The Centre’s demonetisation move in November has resulted in ups and downs for all kinds of businesses, including those in retail. But how does an e-commerce company stay healthy regardless of whatever may be unexpected in the policy or regulatory sphere?

This edition of Start-up Island looks at perspectives for growth through the eyes of ShopX, a start-up invested in the idea of e-commerce as “everyone-commerce”. Meanwhile, it remains vital to assess if there are lessons here for all businesses as we move into a new year.

Crafting the market

Can a business model centred on including the small retailer while pursuing technology-led efficiency give us a different picture of e-commerce than we’re used to?

Set up in the early half of 2015, the company spent its first six to nine months “not chasing growth but testing its own hypotheses.” In the last six months, ShopX says it has added 42,000 small retailers and is currently averaging around 25,000 transactions a day. Its reach spans approximately 210 towns.

Amit Sharma, CEO and Co-founder of ShopX, says, “We’ll be hitting ₹100 crore annualised this month.”

Revenues are typically quoted in GMV terms by the sector. ShopX attempts to quote discounted merchandise value (DMV), which is linked to the price at which the consumer actually buys and not the MRP. Even if we take ShopX’s revenue figures to be conservative, the company’s goals aren’t small – it wants to add 10 lakh retailers by 2018.

Capital efficiency

Sharma explains, “When we say ‘everyone-commerce’, we want to take digital retail to 400 million people. What we’re also trying to do is expand the income of small retailers by 30-40 per cent.”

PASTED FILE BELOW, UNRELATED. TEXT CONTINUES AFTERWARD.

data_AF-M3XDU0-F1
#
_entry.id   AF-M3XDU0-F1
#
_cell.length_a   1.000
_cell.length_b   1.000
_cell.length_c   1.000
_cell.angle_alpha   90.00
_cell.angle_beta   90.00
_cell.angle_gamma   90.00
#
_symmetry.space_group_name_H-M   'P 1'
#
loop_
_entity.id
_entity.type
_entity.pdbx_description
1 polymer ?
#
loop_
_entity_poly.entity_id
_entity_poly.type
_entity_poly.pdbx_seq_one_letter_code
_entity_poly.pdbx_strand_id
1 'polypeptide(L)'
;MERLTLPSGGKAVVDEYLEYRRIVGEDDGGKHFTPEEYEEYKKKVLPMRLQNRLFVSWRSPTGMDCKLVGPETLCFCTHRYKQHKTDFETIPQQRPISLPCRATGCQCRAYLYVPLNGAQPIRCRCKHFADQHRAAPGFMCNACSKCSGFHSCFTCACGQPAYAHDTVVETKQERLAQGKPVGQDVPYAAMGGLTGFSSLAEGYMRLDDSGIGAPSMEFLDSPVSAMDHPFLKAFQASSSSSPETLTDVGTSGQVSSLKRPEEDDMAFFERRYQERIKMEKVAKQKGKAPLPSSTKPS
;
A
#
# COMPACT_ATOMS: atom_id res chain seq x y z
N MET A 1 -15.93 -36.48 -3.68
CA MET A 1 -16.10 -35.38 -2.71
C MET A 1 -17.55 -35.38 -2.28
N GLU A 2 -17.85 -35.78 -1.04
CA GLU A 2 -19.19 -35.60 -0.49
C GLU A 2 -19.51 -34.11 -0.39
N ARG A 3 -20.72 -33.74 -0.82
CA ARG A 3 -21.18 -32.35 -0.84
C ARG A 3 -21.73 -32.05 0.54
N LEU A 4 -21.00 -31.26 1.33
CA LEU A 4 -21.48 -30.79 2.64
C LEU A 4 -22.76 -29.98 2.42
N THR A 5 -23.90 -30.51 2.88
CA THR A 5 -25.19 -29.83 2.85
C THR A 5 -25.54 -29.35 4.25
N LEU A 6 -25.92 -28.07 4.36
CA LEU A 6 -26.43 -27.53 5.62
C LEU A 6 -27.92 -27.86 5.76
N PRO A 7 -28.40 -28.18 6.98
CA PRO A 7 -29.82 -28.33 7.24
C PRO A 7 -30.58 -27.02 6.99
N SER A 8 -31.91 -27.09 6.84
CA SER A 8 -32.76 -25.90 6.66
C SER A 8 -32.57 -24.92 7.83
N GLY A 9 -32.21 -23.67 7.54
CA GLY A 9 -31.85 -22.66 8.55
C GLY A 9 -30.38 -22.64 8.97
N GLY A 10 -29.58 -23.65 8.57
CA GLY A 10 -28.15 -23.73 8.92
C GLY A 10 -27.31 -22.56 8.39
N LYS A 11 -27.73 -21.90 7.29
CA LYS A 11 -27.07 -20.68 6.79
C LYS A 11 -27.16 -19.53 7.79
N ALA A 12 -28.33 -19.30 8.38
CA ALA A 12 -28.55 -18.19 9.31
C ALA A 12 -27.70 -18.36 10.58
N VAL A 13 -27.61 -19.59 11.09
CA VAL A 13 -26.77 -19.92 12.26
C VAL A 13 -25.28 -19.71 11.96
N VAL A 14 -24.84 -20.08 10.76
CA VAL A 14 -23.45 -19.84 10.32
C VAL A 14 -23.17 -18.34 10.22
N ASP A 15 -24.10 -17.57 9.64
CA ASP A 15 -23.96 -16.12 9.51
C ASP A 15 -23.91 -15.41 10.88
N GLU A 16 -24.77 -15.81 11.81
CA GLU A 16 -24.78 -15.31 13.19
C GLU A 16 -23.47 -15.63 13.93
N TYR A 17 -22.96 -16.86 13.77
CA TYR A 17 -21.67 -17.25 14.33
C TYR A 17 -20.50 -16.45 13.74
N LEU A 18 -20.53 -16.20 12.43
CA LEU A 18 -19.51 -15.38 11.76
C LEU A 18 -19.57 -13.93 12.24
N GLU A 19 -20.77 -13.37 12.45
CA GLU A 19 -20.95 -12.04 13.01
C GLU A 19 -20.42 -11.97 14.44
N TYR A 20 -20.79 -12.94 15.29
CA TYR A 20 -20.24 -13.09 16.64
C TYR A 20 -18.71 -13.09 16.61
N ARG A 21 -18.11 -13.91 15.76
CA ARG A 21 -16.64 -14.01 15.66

The company pursues a “high velocity and capital efficient” town addition model (it has a local partner in every town), and adds retailers on the same principle. But how can a business pin “capital efficiency” down to brass tacks? ShopX automates whatever it can to improve efficiency. The company studied the notebook/ledger-based system of accounting kirana stores typically maintain, for example.

Then it built a ‘digital ledger’ feature into the ShopX app that allows retailers to track all their credits and debits in the same way they are used to looking at data. “This has reduced our helpline calls around order and accounting related issues by 90 per cent,” Sharma says.

The company also uses “fully automated pricing machinery that combines inputs from various online and offline sources and sets prices”, keeping the pricing team in ShopX at three. Sharma says this improved the company’s “contribution margins by 100 per cent within 45 days” and is keeping ShopX on the path to profitability.